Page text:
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Conference agenda, 15th Annual Conference on Black History in Pennsylvania, Lincoln University (May 8/9 1992), May 10, 2012. (Donald Earl Collins).

This time two decades ago, I was driving my way home from a conference at Lincoln University in southeastern Pennsylvania. It was a week of more firsts that had become a small sample of a year of many firsts for me since getting into graduate school at the University of Pittsburgh in April ’91. It was my first road trip anywhere, and the first time I’d been in a car since earning my driver’s license in January ’92 (see my post “Taking the Long Road: Driver’s Delight” from January ’12). It was part of my first visit to NYC, Mount Vernon, and 616 since finishing my master’s degree.

That’s where my road trip began, Mount Vernon, as I’d wind my way to Yonkers, the Bronx, the GW Bridge, New Jersey and Philly (where I got lost twice) before ending up on the bucolic HBCU campus. I was at Lincoln University to present at my first academic conference, the 15th Annual Conference on Black History in Pennsylvania. The theme for that year’s conference was “Empowerment: Perspectives on African-American History in Pennsylvania. Somehow, the conference organizers approved me to present my paper comparing elements of intercultural education, multicultural education and Afrocentric education in Pittsburgh and Philadelphia during the 1930s and early 1990s.

Lincoln University entrance and alumni arch, dedicated in 1921, May 10, 2012. (http://lincoln.edu).

If the road trip and the presentation were the only things important about this conference, that would’ve been plenty for me in May ’92. But there was so much more to this first conference for me than driving a Ford Escort in North Philly or getting on stage for the first time since sixth grade (see my post “Peaking As A Sixth Grader” from June ’11). It was my first time around a large number of Black academicians and activists. I met Julian Bond for the first time (his father, Horace Mann Bond, by the way, had served as president of Lincoln University from 1945 to 1957). Folks from the African American studies department at Temple University attempted to recruit me for their doctoral program. Knowing that Molefi Asante was there, I respectfully declined.

Above all else, I came away with two valuable experiences that would have an effect on me for years to come. One was being in the audience for a presentation from V.P. (or Vincent P.) Franklin, whose work on Black education in Philadelphia in the 1920s and 1930s I already knew. His was an extemporaneous presentation that lasted for well over twenty minutes. It was full of quotes, links between different historians’ research, and stories. It was extremely entertaining, delivered in an engrossing public speaking style, though not like some Southern Baptist preacher, either.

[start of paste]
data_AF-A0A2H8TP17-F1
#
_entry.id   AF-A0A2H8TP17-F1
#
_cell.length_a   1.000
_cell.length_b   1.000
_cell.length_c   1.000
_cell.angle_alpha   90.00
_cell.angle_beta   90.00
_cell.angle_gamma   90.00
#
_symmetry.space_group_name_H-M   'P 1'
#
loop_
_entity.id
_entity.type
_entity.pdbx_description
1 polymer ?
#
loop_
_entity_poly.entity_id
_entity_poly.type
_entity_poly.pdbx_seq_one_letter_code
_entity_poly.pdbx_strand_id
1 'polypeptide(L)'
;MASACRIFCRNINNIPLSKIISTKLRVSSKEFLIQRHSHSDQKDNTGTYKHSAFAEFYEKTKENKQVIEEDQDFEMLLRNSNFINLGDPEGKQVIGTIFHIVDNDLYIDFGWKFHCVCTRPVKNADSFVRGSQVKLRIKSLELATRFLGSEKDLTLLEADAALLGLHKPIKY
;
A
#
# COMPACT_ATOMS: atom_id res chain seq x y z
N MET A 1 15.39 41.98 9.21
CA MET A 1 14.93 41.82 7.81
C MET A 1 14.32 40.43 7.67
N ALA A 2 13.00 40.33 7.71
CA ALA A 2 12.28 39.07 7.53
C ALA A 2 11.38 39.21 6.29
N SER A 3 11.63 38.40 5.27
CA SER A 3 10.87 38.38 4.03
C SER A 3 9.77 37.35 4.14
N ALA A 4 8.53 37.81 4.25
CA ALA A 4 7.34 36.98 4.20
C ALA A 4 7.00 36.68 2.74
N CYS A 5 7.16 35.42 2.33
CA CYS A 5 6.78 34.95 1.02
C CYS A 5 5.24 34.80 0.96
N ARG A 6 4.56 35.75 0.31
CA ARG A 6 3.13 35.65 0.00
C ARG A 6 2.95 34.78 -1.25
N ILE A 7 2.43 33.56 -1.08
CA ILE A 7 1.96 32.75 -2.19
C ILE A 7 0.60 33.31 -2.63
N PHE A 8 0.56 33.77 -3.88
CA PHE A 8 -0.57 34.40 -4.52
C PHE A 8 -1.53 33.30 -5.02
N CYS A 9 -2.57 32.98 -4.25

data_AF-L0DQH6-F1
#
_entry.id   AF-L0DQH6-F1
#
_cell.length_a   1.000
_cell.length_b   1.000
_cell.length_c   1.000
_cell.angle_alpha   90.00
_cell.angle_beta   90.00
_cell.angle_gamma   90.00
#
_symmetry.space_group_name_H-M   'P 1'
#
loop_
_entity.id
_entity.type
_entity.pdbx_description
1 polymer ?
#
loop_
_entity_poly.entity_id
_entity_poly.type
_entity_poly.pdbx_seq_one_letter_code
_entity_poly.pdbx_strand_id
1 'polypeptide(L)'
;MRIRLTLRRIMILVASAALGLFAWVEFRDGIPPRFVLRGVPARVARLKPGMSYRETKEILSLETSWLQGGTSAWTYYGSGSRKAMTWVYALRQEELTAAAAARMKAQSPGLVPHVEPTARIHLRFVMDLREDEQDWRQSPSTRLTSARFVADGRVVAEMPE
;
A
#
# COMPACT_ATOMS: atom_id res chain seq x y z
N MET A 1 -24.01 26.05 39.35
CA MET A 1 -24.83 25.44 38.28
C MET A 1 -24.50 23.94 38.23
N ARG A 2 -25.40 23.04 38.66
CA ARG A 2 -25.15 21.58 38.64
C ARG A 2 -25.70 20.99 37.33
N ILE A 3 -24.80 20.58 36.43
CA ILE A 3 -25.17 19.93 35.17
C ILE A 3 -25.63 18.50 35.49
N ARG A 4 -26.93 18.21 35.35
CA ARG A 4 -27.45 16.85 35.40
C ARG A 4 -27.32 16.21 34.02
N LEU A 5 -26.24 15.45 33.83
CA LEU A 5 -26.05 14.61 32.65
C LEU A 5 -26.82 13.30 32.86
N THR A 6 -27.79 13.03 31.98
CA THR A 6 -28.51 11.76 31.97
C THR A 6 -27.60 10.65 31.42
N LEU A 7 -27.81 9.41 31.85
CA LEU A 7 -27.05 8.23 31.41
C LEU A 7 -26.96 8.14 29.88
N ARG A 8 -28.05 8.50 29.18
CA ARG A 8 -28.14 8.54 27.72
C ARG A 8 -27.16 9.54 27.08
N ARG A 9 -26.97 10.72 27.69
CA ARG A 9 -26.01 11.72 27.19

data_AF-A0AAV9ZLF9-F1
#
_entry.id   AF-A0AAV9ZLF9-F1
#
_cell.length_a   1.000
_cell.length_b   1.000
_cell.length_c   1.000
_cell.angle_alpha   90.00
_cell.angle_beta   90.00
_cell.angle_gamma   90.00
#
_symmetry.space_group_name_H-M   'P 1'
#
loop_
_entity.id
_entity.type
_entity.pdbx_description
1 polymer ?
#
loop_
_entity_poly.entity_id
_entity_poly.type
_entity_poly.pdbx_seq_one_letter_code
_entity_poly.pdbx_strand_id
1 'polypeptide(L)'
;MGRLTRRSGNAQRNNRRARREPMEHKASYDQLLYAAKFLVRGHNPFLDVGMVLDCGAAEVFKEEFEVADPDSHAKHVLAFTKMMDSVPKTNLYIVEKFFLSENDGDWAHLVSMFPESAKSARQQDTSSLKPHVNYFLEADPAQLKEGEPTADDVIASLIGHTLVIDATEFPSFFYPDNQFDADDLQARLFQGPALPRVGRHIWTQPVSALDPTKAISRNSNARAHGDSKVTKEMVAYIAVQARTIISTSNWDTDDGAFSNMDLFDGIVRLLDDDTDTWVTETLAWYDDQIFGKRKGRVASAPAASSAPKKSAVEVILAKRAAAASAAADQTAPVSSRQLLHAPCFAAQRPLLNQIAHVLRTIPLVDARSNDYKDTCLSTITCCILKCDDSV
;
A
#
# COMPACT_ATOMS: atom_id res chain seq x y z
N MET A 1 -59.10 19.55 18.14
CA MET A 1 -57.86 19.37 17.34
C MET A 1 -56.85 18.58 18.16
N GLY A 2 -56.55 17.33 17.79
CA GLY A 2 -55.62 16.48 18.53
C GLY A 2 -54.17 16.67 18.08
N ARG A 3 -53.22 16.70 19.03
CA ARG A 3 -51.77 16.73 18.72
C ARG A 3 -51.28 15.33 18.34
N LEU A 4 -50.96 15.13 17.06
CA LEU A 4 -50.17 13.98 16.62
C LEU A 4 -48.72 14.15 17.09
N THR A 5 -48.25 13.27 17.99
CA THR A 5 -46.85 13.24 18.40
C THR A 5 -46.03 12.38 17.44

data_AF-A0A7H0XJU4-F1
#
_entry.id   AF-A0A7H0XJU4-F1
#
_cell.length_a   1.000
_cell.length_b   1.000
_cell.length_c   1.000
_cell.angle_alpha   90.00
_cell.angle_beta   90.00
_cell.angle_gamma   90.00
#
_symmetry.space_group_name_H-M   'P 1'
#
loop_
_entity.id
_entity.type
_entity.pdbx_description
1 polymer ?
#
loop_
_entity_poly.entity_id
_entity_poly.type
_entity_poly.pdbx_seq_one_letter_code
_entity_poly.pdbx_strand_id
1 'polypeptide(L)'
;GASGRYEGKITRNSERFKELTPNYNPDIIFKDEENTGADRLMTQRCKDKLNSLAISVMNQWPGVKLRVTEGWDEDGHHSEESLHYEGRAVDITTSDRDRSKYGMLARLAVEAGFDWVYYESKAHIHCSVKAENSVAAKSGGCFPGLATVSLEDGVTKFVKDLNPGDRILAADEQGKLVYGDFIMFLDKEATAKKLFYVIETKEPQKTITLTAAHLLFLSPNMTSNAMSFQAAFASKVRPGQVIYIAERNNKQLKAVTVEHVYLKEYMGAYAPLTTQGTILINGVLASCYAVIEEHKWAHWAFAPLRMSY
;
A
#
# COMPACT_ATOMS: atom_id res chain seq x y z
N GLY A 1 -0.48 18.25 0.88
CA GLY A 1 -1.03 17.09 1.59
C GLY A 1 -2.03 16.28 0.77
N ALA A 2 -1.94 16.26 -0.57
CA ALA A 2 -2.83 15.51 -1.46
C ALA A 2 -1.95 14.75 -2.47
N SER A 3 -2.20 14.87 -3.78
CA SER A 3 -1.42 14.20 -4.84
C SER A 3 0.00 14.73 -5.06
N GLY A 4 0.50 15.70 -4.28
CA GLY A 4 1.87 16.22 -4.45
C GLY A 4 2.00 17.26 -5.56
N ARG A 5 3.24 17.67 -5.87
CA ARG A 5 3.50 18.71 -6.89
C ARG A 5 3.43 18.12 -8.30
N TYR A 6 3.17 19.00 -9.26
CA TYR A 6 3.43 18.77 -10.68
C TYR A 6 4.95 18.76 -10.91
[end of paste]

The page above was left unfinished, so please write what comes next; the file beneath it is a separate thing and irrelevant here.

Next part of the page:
I was blown away by Franklin’s presentation. Especially in comparison to the one that I’d deliver some

Conference agenda (inside pages), 15th Annual Conference on Black History in Pennsylvania, Lincoln University (1992), May 10, 2012 (Donald Earl Collins).

twenty hours later. Mine was a well-studied delivery of ten pages of excerpts from my original paper. It was okay, not exactly a winner compared to anything that I’ve done in the two decades since. For it was with Franklin’s presentation and style from the day before that stuck with me. I decided immediately after my lackluster performance to always present my work extemporaneously, to work on my public speaking skills, to understand that presenting one’s work was a very different task than simply reading from it.

The second takeaway was in meeting my eventual dissertation advisor, Joe William Trotter, Jr. I met him after the first set of presentations on Friday morning, and ended up sitting with him for part of the Friday luncheon. I learned a few things in that first meeting. Up until that day, the only Black historians I knew in the Pittsburgh area were at Pitt or somehow affiliated with Pitt, including my then advisor Larry Glasco. The fact that Joe was across the way at Carnegie Mellon meant that there was at least the hope of gaining a different perspective on African American history than the stiff responses to Whites misconstruing the Black experience.

What made this first meeting even more intriguing was that Joe was in the process of putting together a graduate seminar for the Fall ’92 semester in African American history. It would be the first time that one had been taught at Carnegie Mellon. No such course existed at Pitt, either, at least as a graduate seminar. It meant that I could expect to get something out of my second year of graduate school (and first year as a PhD student) after all. “Where do I sign up?,” I asked after hearing what seemed like wonderful news at the time.

I returned to 616 twenty years ago on this date recharged and ready for another year of intellectual growth. But I should’ve also returned with far more insight into the politics of race, academia, trust, and academic competition than I actually had. The dynamics within the conference were extremely subtle, like an ultrasonic pulse undetected by most human hearing, but there driving the subconscious crazy anyway.

I didn’t see Joe’s invite to his classroom as a competition for me initially because I was obviously all-too-desperate to move on from Pitt, but not desperate enough to join Asante’s Temple of Afrocentricity (see my post “Writer’s Start” from August ’10 for more). Joe got me, all right. I just didn’t know it yet.